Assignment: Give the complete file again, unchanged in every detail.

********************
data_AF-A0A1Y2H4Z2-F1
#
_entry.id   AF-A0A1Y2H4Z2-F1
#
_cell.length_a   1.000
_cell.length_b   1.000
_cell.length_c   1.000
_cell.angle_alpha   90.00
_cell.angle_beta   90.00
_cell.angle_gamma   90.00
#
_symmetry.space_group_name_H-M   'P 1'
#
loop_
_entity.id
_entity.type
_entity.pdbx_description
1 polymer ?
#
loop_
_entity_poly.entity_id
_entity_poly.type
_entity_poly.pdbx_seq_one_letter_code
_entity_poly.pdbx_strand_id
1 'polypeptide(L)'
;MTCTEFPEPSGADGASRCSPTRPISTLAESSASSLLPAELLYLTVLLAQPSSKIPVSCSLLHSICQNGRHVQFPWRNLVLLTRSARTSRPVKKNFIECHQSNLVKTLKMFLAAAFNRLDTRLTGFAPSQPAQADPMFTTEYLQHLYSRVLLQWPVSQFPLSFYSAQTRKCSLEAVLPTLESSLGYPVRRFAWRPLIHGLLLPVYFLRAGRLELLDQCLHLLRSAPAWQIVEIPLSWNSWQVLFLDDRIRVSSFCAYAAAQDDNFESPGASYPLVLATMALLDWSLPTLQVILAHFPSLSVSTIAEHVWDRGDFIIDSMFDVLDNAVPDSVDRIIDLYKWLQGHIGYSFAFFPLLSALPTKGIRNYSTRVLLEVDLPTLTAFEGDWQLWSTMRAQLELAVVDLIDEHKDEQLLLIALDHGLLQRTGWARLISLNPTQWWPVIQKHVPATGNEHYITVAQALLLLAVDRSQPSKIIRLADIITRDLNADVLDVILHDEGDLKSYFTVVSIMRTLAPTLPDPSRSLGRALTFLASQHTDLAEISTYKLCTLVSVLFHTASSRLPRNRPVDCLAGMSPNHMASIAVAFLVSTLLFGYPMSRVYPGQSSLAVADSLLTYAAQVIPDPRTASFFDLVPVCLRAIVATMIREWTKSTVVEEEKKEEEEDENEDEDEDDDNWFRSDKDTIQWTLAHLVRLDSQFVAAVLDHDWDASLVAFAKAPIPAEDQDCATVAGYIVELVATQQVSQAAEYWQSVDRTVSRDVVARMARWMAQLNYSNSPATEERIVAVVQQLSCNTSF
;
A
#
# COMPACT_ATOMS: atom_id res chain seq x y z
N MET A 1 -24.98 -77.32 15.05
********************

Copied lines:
data_AF-A0A1Y2H4Z2-F1
#
_entry.id   AF-A0A1Y2H4Z2-F1
#
_cell.length_a   1.000
_cell.length_b   1.000
_cell.length_c   1.000
_cell.angle_alpha   90.00
_cell.angle_beta   90.00
_cell.angle_gamma   90.00
#
_symmetry.space_group_name_H-M   'P 1'
#
loop_
_entity.id
_entity.type
_entity.pdbx_description
1 polymer ?
#
loop_
_entity_poly.entity_id
_entity_poly.type
_entity_poly.pdbx_seq_one_letter_code
_entity_poly.pdbx_strand_id
1 'polypeptide(L)'
;MTCTEFPEPSGADGASRCSPTRPISTLAESSASSLLPAELLYLTVLLAQPSSKIPVSCSLLHSICQNGRHVQFPWRNLVLLTRSARTSRPVKKNFIECHQSNLVKTLKMFLAAAFNRLDTRLTGFAPSQPAQADPMFTTEYLQHLYSRVLLQWPVSQFPLSFYSAQTRKCSLEAVLPTLESSLGYPVRRFAWRPLIHGLLLPVYFLRAGRLELLDQCLHLLRSAPAWQIVEIPLSWNSWQVLFLDDRIRVSSFCAYAAAQDDNFESPGASYPLVLATMALLDWSLPTLQVILAHFPSLSVSTIAEHVWDRGDFIIDSMFDVLDNAVPDSVDRIIDLYKWLQGHIGYSFAFFPLLSALPTKGIRNYSTRVLLEVDLPTLTAFEGDWQLWSTMRAQLELAVVDLIDEHKDEQLLLIALDHGLLQRTGWARLISLNPTQWWPVIQKHVPATGNEHYITVAQALLLLAVDRSQPSKIIRLADIITRDLNADVLDVILHDEGDLKSYFTVVSIMRTLAPTLPDPSRSLGRALTFLASQHTDLAEISTYKLCTLVSVLFHTASSRLPRNRPVDCLAGMSPNHMASIAVAFLVSTLLFGYPMSRVYPGQSSLAVADSLLTYAAQVIPDPRTASFFDLVPVCLRAIVATMIREWTKSTVVEEEKKEEEEDENEDEDEDDDNWFRSDKDTIQWTLAHLVRLDSQFVAAVLDHDWDASLVAFAKAPIPAEDQDCATVAGYIVELVATQQVSQAAEYWQSVDRTVSRDVVARMARWMAQLNYSNSPATEERIVAVVQQLSCNTSF
;
A
#
# COMPACT_ATOMS: atom_id res chain seq x y z
N MET A 1 -24.98 -77.32 15.05